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Rod Paul's story

‘He stole my childhood. He just ripped my childhood out. And I still feel to this day like I’m looking for that.’

In 1970, Rod started Year 5 at a Christian Brothers school in regional New South Wales. In Year 6, Brother De Cruz became his teacher.

‘He was the class teacher. He used to isolate three boys. It was me, John and Keith.’

The three boys were treated differently to their classmates.

‘What Brother De Cruz would do is he’d sit you up in the classroom and he’d sit you on his lap and then he’d play. And you’d have to sit there … I don’t know how many times, I can’t recall, whether it was once or twice or how many times I was made to sit on his lap.’

Brother De Cruz was always around the boys, including on school camps.

‘That’s … the other image I have of him. He was standing … on the creek edge and they were getting us ready to go home … we were told to get in the creek and wash. And Brother De Cruz was standing up on the edge just, “You’ve got to clean your genitals”, and he was up there in footy shorts just rubbing himself up … but then he came in and he started coming for me but luckily he couldn’t swim, so I got away.’

The abuse stopped when one day a boy went to get another teacher while Rod was on Brother De Cruz’s lap.

‘I remember that day because Brother De Cruz, just as soon as the teacher come in, threw me off to the side … from that day on I changed. I just changed. I was angry, confused and that’s the way it’s probably been for most of my days.’

The abuse stopped because Brother De Cruz disappeared from the school but Rod felt as though, ‘people could see straight through me, that they could see that there was something wrong or something like that’.

Rod felt that he couldn’t tell his father about the abuse because of his father’s significantly homophobic attitude. He didn’t want his father to think he was gay. He felt there was no one else he could speak to.

‘I could never tell my grandmother. My grandmother was like an atheist but it was her money that paid the school fees. If she’d have found out she would have killed him [De Cruz].’

Rod has only begun to tell his family about the abuse since the Royal Commission was announced.

The impacts of the abuse have been profound.

‘I’m on anti-depressants, have been since my teens … I don’t know how many times I’ve contemplated suicide. Certainly my life has been full of self-harm, just cuts, hands, smashing your head against a brick wall … just angry.’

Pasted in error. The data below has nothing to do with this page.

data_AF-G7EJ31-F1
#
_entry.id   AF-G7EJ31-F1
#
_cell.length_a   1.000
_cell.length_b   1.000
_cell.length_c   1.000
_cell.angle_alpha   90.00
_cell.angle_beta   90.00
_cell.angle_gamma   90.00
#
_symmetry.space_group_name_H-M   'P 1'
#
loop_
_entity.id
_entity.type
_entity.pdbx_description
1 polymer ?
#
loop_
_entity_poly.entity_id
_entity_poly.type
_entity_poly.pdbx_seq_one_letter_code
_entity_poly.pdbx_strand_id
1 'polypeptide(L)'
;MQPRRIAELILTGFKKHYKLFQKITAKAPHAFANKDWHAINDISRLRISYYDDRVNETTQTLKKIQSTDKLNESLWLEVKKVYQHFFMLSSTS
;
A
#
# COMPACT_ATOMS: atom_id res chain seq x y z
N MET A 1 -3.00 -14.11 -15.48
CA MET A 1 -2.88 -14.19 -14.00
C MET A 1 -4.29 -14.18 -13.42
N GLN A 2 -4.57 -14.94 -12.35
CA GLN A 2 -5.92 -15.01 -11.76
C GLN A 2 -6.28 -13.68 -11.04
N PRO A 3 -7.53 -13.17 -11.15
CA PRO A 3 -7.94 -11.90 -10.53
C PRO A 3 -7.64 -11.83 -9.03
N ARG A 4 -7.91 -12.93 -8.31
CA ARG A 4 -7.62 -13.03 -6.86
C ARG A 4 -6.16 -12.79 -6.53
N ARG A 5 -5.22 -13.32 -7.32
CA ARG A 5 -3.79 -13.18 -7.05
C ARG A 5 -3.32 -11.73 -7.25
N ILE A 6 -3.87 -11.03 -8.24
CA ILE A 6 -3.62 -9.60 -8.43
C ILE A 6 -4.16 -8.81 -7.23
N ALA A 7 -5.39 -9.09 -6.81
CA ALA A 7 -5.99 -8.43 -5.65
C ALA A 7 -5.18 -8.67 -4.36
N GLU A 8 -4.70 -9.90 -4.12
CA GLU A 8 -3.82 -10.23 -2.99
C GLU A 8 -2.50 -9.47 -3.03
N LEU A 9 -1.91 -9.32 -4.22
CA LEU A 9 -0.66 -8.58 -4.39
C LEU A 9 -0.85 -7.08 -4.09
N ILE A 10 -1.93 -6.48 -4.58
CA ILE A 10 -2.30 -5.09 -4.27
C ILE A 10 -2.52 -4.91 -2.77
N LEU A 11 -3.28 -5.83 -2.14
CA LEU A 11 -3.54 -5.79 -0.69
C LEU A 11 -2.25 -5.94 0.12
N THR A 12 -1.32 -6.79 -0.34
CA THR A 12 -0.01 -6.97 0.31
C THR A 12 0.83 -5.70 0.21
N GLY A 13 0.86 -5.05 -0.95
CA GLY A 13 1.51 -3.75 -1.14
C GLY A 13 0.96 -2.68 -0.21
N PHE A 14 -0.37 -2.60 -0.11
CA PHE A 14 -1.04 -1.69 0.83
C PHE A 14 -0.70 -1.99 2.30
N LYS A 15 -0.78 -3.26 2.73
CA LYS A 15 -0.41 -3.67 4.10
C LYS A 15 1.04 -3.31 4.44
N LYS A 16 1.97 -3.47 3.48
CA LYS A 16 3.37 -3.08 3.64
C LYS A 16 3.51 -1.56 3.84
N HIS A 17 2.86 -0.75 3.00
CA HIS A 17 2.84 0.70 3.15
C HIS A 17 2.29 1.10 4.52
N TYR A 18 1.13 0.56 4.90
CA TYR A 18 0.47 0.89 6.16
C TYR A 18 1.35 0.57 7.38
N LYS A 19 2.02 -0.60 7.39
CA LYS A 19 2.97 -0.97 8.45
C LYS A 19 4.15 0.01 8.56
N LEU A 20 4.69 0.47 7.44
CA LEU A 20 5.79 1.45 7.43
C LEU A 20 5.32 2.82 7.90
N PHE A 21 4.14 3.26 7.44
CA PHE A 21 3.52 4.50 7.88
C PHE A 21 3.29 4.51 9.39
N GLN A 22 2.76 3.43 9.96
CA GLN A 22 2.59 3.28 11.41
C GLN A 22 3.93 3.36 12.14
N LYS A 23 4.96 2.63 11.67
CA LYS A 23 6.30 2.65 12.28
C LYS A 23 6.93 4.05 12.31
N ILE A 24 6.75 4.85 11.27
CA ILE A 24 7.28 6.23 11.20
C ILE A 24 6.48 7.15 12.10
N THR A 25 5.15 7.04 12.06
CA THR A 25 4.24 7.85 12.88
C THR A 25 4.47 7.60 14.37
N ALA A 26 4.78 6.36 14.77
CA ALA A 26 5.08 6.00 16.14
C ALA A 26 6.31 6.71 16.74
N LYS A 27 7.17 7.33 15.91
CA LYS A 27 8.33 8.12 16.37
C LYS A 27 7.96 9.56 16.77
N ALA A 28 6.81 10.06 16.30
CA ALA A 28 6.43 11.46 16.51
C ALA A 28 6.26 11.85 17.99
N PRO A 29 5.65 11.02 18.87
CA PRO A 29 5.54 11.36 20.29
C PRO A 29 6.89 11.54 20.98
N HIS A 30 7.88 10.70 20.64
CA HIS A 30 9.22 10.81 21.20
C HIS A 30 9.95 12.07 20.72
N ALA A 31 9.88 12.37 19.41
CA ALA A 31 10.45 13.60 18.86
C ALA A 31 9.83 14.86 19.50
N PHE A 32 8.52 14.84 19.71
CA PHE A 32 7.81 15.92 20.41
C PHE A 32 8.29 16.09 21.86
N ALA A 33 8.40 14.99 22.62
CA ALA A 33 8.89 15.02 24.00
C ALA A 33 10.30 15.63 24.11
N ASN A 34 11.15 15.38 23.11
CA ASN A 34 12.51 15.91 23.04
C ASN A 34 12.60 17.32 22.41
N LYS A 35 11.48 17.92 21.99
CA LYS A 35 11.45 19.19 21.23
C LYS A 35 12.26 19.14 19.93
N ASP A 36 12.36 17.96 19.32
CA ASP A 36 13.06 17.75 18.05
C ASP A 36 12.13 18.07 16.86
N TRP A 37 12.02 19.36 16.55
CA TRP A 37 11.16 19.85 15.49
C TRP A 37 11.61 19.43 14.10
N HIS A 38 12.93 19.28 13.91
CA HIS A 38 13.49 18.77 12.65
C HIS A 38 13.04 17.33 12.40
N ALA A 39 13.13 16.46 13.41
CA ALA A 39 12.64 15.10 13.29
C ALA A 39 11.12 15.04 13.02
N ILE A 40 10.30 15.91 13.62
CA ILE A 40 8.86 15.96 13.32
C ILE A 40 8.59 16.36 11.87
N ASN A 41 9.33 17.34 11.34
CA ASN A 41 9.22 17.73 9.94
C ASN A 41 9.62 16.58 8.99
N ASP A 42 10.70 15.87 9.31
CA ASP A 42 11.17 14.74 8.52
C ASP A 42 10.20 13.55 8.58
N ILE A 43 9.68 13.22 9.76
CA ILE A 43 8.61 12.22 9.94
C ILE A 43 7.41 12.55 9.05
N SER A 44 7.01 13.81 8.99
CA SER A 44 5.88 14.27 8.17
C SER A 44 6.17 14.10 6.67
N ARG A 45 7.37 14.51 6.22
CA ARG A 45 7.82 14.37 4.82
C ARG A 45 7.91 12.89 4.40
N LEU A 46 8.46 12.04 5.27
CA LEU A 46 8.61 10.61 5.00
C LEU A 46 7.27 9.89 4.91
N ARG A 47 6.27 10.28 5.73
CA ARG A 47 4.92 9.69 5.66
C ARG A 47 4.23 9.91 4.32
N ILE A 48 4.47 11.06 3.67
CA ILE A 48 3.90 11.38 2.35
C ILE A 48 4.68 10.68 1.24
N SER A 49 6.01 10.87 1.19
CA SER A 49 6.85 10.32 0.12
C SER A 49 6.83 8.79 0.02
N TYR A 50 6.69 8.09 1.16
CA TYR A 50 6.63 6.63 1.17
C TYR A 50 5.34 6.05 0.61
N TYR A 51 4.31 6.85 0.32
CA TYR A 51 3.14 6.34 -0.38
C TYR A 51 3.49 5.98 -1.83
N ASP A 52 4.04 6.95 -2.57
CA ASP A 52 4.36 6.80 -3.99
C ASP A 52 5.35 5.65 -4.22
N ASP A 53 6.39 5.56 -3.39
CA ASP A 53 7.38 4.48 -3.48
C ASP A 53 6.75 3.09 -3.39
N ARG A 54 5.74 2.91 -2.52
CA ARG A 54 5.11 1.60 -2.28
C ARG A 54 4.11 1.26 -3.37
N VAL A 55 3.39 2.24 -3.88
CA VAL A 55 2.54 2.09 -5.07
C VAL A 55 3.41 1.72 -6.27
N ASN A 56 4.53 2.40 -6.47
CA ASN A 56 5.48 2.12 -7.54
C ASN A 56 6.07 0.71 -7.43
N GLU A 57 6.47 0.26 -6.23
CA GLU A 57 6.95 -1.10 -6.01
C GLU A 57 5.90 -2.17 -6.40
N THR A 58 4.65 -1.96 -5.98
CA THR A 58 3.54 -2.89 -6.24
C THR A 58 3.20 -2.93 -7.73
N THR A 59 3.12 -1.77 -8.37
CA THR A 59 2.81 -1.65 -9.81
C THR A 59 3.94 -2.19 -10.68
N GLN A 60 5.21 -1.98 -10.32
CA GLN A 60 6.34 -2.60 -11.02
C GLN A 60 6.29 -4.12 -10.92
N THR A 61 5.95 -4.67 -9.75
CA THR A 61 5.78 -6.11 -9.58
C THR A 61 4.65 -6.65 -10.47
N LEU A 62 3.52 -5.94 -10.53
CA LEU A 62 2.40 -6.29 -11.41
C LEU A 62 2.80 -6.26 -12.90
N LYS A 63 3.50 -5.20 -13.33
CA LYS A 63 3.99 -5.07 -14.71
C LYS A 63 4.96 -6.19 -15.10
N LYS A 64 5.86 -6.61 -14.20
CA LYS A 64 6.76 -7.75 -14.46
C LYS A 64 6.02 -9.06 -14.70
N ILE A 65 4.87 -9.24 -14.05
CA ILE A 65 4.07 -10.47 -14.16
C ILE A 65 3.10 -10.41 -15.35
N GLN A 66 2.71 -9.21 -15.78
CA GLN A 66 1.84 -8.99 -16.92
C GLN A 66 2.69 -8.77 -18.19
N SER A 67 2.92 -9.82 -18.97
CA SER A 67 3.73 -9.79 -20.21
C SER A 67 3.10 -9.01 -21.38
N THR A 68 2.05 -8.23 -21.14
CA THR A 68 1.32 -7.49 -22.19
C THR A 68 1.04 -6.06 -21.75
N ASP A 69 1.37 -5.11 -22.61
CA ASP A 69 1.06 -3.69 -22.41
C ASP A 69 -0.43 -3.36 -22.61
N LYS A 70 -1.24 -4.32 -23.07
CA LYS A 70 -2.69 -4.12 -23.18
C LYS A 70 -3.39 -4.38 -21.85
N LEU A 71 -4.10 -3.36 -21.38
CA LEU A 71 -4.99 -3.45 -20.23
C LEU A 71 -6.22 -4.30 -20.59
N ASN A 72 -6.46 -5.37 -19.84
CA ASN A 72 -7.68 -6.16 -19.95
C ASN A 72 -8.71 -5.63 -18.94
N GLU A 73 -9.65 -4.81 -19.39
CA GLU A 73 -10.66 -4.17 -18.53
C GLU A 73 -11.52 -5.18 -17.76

He married and had children and then had a second long term relationship which has recently broken up. Both his relationships were rocky.

‘I realised it’s because I didn’t have the skills in relationships … Reality sets in and you can’t be perfect, you can’t be that perfect person and I used to struggle with that. I wanted to be good, I wanted to be clean. I wanted to have some purpose but I could never find it … To this day I have drifted … I just wish he’d left me alone.’

The abuse also affected his parenting.

‘I’m very conscious around children … I’ve always been scared too, that somehow I’ve been infected, like I was going to do it. Even raising your own children … I remember her [my daughter] sitting in the bath with her little mate and you go to wash them and all of a sudden there’s this … feeling like some sickness or something.’

Rod has found a psychologist who has helped him gain some perspective and control over his life. He finds regular sessions financially difficult to afford but knows they are crucial to his wellbeing.

‘As you get older, you don’t forget about it, it sits there in your subconscious and all of a sudden you get angry or something happens and you’re thinking, where the hell is this coming from? … For years there I pushed it away … told myself … “It was nothing”, “he was nothing”.’

Rod is supported by his children and lives in beautiful part of coastal New South Wales.

‘I want to be able to live there and see the beauty, and for a while there I couldn’t … I want to be able to go back and see that. I want to experience the beauty of things. I want to experience elation … because I never had it. There’s always been something there in the background just for everything - the births of my children – everything.’

Rod is also going to seek redress from the Catholic Church and wants the police to pursue his abuser, who is still alive. He is very grateful for the Royal Commission.

‘[I want to] record my thanks to those people who put this Royal Commission together. Thank you very much. I mean, for me … I would have died with this [secret] otherwise.’

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